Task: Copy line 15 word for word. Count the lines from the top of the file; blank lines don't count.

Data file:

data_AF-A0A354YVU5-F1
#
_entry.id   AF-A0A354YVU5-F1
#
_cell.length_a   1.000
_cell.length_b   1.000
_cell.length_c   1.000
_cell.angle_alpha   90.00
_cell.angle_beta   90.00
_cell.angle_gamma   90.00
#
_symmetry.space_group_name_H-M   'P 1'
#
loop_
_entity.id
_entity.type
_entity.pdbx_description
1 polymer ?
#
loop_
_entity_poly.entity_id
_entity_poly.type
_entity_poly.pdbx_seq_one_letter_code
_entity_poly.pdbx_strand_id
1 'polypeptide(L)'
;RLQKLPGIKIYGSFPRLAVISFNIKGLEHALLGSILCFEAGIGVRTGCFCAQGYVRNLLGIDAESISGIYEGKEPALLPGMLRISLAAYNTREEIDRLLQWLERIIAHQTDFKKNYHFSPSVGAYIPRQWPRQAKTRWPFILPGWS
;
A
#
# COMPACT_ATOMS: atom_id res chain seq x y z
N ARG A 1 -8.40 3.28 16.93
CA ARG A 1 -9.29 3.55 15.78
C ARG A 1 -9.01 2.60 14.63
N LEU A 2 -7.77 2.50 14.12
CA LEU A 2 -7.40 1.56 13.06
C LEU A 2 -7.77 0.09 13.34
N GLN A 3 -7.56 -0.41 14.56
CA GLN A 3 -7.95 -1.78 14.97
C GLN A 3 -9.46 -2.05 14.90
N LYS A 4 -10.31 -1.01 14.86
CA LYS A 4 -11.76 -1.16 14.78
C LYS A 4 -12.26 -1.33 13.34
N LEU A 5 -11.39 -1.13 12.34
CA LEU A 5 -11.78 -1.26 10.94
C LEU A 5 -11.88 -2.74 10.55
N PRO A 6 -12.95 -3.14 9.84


_entity.id